UK police may be forced to develop a bespoke digital forensics device for seized computers after testing of market offerings failed to meet price, technical and speed standards. A special Association of Chief Police Officers (ACPO) group has been working on a national rollout of what's been dubbed a "digital breathalyser" for …
How many computers seized?
How many computers are seized each year in the UK ?
At a school I worked at...
We had one of our laptops siezed.
It wasn't returned by the time I left (5 months later).
It's funny, because if they had asked us about the laptop we could have saved them the time and explained how deepfreeze works.
I have an MSc from 2006 for research in this area.
Its sad to see that 4 years have gone by since I submitted my research in this area and still nothing has changed. The conclusion of my research was that CF solutions at the time were not simple enough for general police use and there was a need to identify a general case/evidence management solution which could be augmented by a modular design (both procedurally and technically) for additional functionality allowing basic users to do the ground work and identify the need for further investigation while still maintaining a clean, unbroken and easily explainable chain of evidence while allowing for a stremlining of basic activities, thus increasing throughput.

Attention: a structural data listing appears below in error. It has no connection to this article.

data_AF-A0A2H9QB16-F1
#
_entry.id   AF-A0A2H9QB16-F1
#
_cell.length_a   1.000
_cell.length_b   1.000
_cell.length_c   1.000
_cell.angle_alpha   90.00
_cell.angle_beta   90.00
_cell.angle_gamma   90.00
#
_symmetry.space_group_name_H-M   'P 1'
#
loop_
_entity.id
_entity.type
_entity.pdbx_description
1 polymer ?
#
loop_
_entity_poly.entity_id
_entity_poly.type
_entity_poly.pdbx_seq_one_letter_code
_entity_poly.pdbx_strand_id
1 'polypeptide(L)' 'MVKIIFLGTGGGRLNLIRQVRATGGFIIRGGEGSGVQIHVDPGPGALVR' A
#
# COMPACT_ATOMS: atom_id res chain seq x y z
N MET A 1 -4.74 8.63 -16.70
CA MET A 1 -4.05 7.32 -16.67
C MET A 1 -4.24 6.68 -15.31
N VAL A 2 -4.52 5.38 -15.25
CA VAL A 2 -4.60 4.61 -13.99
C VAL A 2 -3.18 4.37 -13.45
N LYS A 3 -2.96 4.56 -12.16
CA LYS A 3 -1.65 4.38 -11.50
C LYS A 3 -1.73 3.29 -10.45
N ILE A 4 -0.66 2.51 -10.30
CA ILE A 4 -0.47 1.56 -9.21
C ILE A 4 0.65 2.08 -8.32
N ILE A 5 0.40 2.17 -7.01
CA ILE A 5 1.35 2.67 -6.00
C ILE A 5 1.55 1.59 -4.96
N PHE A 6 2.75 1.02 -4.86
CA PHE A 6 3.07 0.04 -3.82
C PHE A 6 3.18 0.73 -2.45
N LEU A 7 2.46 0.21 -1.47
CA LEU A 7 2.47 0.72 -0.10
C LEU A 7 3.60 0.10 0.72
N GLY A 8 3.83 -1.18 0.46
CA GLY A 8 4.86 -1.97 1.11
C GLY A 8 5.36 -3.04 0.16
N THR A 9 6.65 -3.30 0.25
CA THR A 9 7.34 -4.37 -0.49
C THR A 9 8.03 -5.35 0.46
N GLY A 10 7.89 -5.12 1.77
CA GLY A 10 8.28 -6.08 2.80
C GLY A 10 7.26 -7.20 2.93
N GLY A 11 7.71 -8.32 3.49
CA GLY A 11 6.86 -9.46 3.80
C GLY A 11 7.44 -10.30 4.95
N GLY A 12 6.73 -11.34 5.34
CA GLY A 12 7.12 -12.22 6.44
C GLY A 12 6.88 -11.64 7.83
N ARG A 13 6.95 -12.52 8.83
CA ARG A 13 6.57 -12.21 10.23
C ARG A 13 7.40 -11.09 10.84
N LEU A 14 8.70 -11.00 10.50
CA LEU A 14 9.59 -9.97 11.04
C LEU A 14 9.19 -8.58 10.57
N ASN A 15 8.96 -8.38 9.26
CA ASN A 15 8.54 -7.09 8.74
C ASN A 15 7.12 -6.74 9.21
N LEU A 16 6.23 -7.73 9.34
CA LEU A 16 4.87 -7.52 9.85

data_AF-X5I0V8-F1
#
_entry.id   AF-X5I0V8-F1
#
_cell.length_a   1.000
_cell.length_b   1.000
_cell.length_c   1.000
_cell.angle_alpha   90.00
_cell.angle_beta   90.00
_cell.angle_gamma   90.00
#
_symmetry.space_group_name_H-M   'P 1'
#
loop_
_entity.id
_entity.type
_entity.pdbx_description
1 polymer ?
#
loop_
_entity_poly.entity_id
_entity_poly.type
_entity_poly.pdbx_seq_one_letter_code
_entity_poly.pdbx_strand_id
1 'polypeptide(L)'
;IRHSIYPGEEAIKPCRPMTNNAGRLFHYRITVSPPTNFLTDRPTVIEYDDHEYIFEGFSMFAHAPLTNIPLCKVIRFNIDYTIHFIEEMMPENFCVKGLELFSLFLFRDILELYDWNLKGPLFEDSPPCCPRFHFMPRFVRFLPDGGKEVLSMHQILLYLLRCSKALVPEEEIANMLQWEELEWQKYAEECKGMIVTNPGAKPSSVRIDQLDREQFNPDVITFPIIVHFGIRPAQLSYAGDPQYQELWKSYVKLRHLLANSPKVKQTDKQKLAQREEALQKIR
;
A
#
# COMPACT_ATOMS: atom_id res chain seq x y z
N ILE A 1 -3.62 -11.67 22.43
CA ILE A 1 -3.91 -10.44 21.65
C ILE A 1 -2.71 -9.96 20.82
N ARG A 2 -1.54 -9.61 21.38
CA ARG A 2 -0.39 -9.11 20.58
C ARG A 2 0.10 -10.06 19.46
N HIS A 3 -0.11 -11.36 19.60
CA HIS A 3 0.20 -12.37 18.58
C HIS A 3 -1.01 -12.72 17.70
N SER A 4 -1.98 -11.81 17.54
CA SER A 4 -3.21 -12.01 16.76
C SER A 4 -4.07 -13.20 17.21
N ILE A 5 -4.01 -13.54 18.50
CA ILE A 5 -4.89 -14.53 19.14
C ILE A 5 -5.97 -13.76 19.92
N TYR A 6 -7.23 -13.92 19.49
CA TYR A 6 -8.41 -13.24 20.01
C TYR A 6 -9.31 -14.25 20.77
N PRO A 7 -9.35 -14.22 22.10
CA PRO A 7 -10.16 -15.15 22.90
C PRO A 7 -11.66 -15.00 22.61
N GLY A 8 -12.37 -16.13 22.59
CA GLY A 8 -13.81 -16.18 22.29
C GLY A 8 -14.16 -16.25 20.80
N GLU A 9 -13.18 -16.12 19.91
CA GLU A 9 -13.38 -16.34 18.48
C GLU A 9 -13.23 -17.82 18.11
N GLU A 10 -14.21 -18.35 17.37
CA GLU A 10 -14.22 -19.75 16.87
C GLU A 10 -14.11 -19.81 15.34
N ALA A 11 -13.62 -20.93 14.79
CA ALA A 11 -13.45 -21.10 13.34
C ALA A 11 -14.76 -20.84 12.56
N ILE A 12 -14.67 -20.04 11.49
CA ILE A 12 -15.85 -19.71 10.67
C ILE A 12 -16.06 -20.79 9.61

We can do it better, faster, cheaper!
Hey, all the digital forensic tools in the market are too slow, useless, and too expensive. So let's develop our own! Everybody knows that it's cheaper to re-invent the wheel.
"... to allow officers with only basic technology training to gather and analyse digital evidence..." - That whole concept is a joke. Coming up next: traffic plods doing crime scene investigation on a murder site...
Someone needs to be breathalysed
"officers needed training on when to seize computer equipment"
Most also need training on how to do it correctly - the majority of failures are due to people not following the correct procedures and the case failing due to invalid evidence. There are some indications (mostly anecdotal) that a number of cases should fail but don't as the CPS / local force blag their way through the evidence and don't get challenged robustly enough.
"allow officers with only basic technology training to gather and analyse digital evidence"